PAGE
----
Winter Magic

The Horseshoe Falls in winterA lamppost by the falls encrusted in ice

If you’ve never been to Niagara Falls you should try to go, they’re incredible. If you’ve been but never in the winter you should try to go back in the winter. It’s like nothing you’ve ever seen before and if you are in the area it is well worth the trip.

Last weekend when I was in Toronto I took the time to drive down to Niagara Falls and see them again. I was blown away by the ice. It seems that the mist from the falls freezes on everything. There were tiny branches, less than half an inch thick, that had three or four inches of ice on them! Even the lampposts were covered.

Again I forgot my camera so these photos are from my phone, and I had the phone set to a small image size, but hopefully these photos will convince you to go see the falls in winter.

2007 Dodge Magnum

2007 Dodge Magnum XSTOver the weekend I took a little trip to Toronto and Niagara Falls. To get there I rented a car, (pictured right, it was cheaper than the train). The photos aren’t that great, I forgot my camera so had to make do with my phone. After reserving the smallest car possible online with Hertz I showed up and was told that the smallest they had in was a Dodge Magnum. That’s like a free upgrade to business class on the plane!

Once I had my great car I took the weekend to enjoy it, and the pleasures of Toronto and Niagra Falls. While driving though, I noticed several things about the Dodge Magnum that I would do differently and thought that this car is an excellent example of real-world design, (as opposed to the web-world of design I usually am immersed in), but had a few things that could be changed.

What I like

If you’ve seen a Magnum you probably already know the good. This car looks awesome. Whoever came up with the look of this car is a genius. They’ve taken a station wagon and made it really cool. My neighbours and girlfriend thought it looked like a mini-limo. The car looks fast, powerful, and aggressive.

The interior is great too. It’s spacious and has lots of storage space. My SXT, (not the top-end model), had a pretty decent sound system as well, and I could hook up my iPod to it.

Even though the SXT’s 250 horsepowerful engine is much less powerful than the top of the line HEMIs it provides enough power for highway driving with a slight load.

What I would change

Control levers on the left side of the steering wheelThe first thing that I noticed when I started to drive was that there is an extra lever on the left side of the steering wheel where I only expect to find the turning signal control, (pictured left). This is the cruise control and is quite annoying until you get used to it. I couldn’t see either of the two levers while driving and don’t feel I should have to look down to signal, and every time I tried to turn I would try to signal with the cruise control. When driving on the highway it was handy to have the cruise in such an accessable place but I suspect most people will spend much more time in the city than on the highway and will want the cruise put somewhere else.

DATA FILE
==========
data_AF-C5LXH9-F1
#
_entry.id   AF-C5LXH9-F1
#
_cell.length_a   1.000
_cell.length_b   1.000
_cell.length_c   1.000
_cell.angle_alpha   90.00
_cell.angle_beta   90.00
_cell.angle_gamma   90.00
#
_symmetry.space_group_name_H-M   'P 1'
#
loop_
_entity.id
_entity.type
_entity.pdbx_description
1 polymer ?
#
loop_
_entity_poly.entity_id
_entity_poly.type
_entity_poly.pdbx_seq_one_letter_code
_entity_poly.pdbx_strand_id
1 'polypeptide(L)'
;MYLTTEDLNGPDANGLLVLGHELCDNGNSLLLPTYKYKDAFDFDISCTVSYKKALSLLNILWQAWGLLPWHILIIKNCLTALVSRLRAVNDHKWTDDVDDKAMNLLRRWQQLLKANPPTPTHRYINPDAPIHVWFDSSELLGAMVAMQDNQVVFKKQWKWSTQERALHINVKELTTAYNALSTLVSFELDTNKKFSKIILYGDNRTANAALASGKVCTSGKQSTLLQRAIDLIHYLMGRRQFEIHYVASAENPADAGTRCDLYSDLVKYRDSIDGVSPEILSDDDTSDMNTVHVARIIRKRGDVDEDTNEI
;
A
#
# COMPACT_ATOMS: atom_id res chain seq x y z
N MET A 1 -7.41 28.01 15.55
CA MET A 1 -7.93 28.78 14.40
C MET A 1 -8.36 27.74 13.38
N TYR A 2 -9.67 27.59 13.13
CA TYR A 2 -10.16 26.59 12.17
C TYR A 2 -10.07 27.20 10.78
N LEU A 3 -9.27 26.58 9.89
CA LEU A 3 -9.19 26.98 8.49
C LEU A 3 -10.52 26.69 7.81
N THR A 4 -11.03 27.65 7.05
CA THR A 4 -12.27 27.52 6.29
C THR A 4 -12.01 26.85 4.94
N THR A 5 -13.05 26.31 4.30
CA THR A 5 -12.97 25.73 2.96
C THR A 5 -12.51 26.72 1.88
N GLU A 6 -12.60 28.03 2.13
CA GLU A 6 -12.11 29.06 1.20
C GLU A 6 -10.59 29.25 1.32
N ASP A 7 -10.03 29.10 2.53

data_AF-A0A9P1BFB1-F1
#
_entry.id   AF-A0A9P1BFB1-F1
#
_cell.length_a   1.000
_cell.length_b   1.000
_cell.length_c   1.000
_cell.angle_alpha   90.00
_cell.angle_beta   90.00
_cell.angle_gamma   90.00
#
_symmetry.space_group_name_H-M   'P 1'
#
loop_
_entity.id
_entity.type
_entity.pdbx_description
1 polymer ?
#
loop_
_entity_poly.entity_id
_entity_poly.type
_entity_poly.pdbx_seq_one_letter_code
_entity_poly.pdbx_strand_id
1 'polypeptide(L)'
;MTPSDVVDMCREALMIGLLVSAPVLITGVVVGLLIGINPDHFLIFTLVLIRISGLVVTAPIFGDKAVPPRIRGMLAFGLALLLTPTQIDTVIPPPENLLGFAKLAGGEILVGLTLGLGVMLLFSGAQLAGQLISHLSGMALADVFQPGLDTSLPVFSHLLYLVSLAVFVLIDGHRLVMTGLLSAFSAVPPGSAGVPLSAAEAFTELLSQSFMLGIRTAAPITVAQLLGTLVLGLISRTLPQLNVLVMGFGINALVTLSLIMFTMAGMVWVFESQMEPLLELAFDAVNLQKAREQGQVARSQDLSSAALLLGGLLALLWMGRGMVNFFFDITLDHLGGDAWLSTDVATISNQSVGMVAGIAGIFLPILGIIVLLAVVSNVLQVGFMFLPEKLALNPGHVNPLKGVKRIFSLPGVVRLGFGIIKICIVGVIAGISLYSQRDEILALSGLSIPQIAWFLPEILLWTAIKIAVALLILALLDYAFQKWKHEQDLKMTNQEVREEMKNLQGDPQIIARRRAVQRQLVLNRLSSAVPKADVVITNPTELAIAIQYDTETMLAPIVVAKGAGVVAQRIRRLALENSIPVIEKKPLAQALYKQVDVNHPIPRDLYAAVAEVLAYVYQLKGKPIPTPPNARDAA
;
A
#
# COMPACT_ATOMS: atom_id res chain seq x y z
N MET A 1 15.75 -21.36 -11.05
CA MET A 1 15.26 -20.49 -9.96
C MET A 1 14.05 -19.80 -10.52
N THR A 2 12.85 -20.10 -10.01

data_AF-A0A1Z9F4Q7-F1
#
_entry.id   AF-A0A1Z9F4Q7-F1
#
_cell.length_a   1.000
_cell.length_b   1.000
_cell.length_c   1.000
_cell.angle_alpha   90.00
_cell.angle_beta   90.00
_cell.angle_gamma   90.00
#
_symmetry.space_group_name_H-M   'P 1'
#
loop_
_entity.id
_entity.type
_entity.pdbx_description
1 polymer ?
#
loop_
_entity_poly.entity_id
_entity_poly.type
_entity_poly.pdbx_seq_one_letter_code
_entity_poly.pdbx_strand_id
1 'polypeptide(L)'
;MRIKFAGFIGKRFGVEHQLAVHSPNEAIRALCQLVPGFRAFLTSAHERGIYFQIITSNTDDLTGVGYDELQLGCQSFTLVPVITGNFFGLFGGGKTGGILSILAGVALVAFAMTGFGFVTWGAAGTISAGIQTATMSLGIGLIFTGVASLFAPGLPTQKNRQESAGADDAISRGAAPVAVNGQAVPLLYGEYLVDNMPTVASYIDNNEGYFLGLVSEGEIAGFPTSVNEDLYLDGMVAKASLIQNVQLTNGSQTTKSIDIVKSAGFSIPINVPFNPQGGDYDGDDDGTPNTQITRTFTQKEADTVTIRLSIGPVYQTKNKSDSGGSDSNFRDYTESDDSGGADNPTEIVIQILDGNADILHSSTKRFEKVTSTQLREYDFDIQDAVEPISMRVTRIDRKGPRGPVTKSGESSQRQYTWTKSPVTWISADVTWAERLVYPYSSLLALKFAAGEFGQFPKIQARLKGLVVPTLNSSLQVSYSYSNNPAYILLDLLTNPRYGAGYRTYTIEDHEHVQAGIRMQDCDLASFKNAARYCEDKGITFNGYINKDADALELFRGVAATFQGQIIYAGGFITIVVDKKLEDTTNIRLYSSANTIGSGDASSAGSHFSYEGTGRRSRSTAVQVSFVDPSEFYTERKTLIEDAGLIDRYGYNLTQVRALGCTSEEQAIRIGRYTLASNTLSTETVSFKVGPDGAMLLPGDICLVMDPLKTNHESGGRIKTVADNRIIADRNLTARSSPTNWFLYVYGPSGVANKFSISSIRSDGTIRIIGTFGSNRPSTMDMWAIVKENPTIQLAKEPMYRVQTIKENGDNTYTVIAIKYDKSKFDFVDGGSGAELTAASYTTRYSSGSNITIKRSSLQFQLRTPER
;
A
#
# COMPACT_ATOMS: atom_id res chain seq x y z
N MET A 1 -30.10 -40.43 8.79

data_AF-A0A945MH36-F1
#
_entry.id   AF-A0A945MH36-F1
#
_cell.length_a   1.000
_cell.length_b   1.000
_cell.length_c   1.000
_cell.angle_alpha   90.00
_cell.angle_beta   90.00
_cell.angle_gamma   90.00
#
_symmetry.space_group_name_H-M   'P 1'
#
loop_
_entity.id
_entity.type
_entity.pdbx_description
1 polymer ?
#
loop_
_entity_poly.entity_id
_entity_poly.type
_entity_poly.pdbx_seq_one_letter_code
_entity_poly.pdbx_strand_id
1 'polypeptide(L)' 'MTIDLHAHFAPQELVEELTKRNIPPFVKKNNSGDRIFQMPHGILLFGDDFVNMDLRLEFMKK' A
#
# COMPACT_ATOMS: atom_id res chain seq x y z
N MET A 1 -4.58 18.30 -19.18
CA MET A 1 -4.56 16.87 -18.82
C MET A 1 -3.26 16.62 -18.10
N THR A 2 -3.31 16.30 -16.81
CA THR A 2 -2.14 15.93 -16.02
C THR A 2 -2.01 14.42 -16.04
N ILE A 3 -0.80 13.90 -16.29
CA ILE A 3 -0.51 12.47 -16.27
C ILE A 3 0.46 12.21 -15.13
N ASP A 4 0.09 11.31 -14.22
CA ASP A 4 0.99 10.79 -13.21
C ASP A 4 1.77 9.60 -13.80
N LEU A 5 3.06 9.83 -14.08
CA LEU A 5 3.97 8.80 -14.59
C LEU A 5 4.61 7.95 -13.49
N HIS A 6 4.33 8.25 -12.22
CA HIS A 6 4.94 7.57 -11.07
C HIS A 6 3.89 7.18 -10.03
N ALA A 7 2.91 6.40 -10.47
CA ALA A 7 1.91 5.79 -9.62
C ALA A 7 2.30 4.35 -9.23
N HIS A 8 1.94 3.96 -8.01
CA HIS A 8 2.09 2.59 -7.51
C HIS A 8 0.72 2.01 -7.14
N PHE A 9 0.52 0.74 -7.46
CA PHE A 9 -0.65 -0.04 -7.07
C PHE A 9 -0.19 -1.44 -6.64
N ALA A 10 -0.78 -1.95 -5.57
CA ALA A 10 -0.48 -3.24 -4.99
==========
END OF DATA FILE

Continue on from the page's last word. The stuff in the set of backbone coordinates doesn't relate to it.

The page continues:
Driver's side shoulder check viewWhen trying to do a shoulder check on the driver’s side of the car I found my view was mostly of pillars and I didn’t see much road, (pictured right). Visibility in general in the Magnum is not as great as it could be, however, this is a large car and with larger vehicles come larger blindspots.

One other thing I noticed about this car, although this isn’t a design issue, is the fuel economy. The SXT is powerful, but not extremely powerful, however it still uses a lot of gas. I barely made it from Montr&eague;al to Toronto on a tank of gas, which worked out to something like 514 kilometers on 63 liters of gas, not that great. I can’t imagine how much gas the high-end HEMIs must burn.

Overall, the Dodge Magnum is a great car, however I wouldn’t buy it because of the odd placement of the cruise control, the bad sightlines, and the bad fuel economy.

2.0 Outside of the Web

Sometimes a buzzword takes on a life of it’s own. The current example: 2.0. While not exactly a word, when you pair it with something else you get something like “Web 2.0” or, as I read about in yesterday’s Montreal Gazette, “Cemetery 2.0.” Cemetery 2.0 is a device attached to a tombstone that has a satellite internet connection and acts as a web terminal to allow grave site visitors to view the deceased’s surviving web presence, including things such as a Facebook profile and Flickr photos.

While the idea of having something more than a piece of stone to remember someone by is great, I’m really writing about the name here. Cemetery 2.0 is a bit too trendy of a name, an example of a buzzword going too far, and being taken to places where it probably shouldn’t be used. What happens when the Cemetery 2.0 goes into production and a second version comes out? Do we get Cemetery 2.0 2.0?